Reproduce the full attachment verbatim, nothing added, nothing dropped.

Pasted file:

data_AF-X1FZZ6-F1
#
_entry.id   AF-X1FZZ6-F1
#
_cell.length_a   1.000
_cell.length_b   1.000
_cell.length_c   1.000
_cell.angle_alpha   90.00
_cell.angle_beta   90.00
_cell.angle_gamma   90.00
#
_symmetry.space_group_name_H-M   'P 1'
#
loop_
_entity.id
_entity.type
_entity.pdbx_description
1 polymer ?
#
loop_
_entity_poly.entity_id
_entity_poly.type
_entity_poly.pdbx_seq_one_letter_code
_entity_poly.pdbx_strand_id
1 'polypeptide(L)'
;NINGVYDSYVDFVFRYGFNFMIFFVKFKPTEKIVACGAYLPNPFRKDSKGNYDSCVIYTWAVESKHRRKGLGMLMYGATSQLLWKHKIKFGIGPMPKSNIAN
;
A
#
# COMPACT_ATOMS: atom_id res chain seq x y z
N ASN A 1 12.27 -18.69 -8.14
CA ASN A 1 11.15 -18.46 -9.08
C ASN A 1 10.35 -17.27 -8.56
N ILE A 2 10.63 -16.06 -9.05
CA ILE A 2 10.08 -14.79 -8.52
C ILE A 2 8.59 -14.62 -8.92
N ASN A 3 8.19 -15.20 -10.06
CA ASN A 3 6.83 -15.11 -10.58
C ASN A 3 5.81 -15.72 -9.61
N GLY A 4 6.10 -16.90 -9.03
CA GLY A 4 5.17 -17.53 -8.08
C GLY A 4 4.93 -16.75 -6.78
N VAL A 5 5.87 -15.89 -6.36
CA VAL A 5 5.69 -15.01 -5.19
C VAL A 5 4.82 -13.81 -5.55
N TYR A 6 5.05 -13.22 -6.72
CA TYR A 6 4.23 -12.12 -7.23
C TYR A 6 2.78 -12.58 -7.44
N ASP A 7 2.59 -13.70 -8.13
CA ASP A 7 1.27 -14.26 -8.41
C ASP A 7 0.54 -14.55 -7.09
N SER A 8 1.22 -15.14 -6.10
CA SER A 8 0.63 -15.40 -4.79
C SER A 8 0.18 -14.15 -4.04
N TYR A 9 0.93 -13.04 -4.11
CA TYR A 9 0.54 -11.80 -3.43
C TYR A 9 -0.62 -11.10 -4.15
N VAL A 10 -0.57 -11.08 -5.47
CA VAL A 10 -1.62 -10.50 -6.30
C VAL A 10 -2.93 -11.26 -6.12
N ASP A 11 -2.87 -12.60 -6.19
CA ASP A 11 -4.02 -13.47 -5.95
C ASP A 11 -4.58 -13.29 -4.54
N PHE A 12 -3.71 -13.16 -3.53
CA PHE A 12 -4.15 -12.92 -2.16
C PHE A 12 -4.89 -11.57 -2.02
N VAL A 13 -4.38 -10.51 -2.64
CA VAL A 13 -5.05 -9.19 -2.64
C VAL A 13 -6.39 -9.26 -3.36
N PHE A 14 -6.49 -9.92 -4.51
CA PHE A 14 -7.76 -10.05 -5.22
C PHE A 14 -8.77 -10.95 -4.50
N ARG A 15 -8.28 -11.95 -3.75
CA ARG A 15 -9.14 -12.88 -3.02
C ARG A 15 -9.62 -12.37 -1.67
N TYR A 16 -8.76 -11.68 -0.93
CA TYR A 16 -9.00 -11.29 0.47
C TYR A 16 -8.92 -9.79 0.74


data_AF-X1FZZ6-F1
#
_entry.id   AF-X1FZZ6-F1
#
_cell.length_a   1.000
_cell.length_b   1.000
_cell.length_c   1.000
_cell.angle_alpha   90.00
_cell.angle_beta   90.00
_cell.angle_gamma   90.00
#
_symmetry.space_group_name_H-M   'P 1'
#
loop_
_entity.id
_entity.type
_entity.pdbx_description
1 polymer ?
#
loop_
_entity_poly.entity_id
_entity_poly.type
_entity_poly.pdbx_seq_one_letter_code
_entity_poly.pdbx_strand_id
1 'polypeptide(L)'
;NINGVYDSYVDFVFRYGFNFMIFFVKFKPTEKIVACGAYLPNPFRKDSKGNYDSCVIYTWAVESKHRRKGLGMLMYGATSQLLWKHKIKFGIGPMPKSNIAN
;
A
#
# COMPACT_ATOMS: atom_id res chain seq x y z
N ASN A 1 12.27 -18.69 -8.14
CA ASN A 1 11.15 -18.46 -9.08
C ASN A 1 10.35 -17.27 -8.56
N ILE A 2 10.63 -16.06 -9.05
CA ILE A 2 10.08 -14.79 -8.52
C ILE A 2 8.59 -14.62 -8.92
N ASN A 3 8.19 -15.20 -10.06
CA ASN A 3 6.83 -15.11 -10.58
C ASN A 3 5.81 -15.72 -9.61
N GLY A 4 6.10 -16.90 -9.03
CA GLY A 4 5.17 -17.53 -8.08
C GLY A 4 4.93 -16.75 -6.78
N VAL A 5 5.87 -15.89 -6.36
CA VAL A 5 5.69 -15.01 -5.19
C VAL A 5 4.82 -13.81 -5.55
N TYR A 6 5.05 -13.22 -6.72
CA TYR A 6 4.23 -12.12 -7.23
C TYR A 6 2.78 -12.58 -7.44
N ASP A 7 2.59 -13.70 -8.13
CA ASP A 7 1.27 -14.26 -8.41
C ASP A 7 0.54 -14.55 -7.09
N SER A 8 1.22 -15.14 -6.10
CA SER A 8 0.63 -15.40 -4.79
C SER A 8 0.18 -14.15 -4.04
N TYR A 9 0.93 -13.04 -4.11
CA TYR A 9 0.54 -11.80 -3.43
C TYR A 9 -0.62 -11.10 -4.15
N VAL A 10 -0.57 -11.08 -5.47
CA VAL A 10 -1.62 -10.50 -6.30
C VAL A 10 -2.93 -11.26 -6.12
N ASP A 11 -2.87 -12.60 -6.19
CA ASP A 11 -4.02 -13.47 -5.95
C ASP A 11 -4.58 -13.29 -4.54
N PHE A 12 -3.71 -13.16 -3.53
CA PHE A 12 -4.15 -12.92 -2.16
C PHE A 12 -4.89 -11.57 -2.02
N VAL A 13 -4.38 -10.51 -2.64
CA VAL A 13 -5.05 -9.19 -2.64
C VAL A 13 -6.39 -9.26 -3.36
N PHE A 14 -6.49 -9.92 -4.51
CA PHE A 14 -7.76 -10.05 -5.22
C PHE A 14 -8.77 -10.95 -4.50
N ARG A 15 -8.28 -11.95 -3.75
CA ARG A 15 -9.14 -12.88 -3.02
C ARG A 15 -9.62 -12.37 -1.67
N TYR A 16 -8.76 -11.68 -0.93
CA TYR A 16 -9.00 -11.29 0.47
C TYR A 16 -8.92 -9.79 0.74